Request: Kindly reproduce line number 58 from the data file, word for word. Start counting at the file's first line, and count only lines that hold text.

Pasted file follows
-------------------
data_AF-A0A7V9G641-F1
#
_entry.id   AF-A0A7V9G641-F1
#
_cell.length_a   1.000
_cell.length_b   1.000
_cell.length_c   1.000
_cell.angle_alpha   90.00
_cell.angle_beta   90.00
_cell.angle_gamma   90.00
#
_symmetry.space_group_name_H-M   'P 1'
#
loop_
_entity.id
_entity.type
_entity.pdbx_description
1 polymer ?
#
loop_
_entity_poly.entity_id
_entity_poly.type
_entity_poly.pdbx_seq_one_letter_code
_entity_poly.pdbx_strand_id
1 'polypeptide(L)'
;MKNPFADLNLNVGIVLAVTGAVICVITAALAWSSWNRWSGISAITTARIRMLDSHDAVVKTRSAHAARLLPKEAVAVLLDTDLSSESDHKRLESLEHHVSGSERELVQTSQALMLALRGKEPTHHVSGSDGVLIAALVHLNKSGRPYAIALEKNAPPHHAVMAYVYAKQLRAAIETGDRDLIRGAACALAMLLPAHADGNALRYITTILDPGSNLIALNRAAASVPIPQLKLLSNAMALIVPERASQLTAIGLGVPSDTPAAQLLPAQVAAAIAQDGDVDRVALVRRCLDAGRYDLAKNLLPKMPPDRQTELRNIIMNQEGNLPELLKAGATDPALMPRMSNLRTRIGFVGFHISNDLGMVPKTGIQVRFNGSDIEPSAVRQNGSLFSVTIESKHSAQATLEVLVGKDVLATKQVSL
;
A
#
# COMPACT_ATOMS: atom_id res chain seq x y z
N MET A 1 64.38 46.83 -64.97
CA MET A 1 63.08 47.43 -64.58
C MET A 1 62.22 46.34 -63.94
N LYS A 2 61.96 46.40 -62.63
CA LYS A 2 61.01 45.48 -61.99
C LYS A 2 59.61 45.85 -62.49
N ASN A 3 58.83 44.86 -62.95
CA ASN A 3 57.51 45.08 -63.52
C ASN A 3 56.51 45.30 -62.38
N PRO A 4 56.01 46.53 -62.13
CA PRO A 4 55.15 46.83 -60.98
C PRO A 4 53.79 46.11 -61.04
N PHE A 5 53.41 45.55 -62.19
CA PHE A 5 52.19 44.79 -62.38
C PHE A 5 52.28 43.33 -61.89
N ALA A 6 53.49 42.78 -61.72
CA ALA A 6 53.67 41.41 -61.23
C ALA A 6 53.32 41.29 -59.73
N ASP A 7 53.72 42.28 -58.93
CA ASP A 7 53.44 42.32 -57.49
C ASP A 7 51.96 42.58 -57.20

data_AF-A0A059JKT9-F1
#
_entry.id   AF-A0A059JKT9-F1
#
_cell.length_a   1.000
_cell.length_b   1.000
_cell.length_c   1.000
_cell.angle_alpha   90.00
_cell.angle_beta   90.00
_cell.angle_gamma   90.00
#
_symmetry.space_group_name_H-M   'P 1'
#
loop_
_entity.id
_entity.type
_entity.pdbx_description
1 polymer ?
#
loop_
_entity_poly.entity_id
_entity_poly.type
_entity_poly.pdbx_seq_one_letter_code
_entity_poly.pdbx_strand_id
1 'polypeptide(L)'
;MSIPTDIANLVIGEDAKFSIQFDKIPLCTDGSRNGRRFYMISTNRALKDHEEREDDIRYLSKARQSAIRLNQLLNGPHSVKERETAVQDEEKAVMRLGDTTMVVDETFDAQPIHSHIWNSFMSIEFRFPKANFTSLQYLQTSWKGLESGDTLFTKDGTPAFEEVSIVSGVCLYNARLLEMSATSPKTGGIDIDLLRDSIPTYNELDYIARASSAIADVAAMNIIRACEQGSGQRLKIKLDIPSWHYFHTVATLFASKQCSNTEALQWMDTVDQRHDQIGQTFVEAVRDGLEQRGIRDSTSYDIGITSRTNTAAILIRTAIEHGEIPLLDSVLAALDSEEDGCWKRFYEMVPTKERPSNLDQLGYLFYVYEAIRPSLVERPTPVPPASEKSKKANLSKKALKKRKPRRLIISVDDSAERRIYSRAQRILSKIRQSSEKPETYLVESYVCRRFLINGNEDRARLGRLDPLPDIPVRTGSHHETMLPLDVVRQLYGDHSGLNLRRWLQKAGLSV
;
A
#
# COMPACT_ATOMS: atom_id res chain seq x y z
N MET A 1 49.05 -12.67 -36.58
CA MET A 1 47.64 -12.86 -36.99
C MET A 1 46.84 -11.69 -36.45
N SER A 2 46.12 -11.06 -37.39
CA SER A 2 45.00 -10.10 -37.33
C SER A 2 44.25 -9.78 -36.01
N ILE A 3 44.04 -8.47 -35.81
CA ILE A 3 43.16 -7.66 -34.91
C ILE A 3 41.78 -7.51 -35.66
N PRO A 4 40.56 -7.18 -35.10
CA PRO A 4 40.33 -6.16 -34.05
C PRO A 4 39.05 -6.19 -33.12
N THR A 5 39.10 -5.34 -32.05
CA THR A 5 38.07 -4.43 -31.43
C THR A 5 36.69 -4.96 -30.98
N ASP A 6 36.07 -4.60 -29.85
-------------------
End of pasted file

_cell.length_c   1.000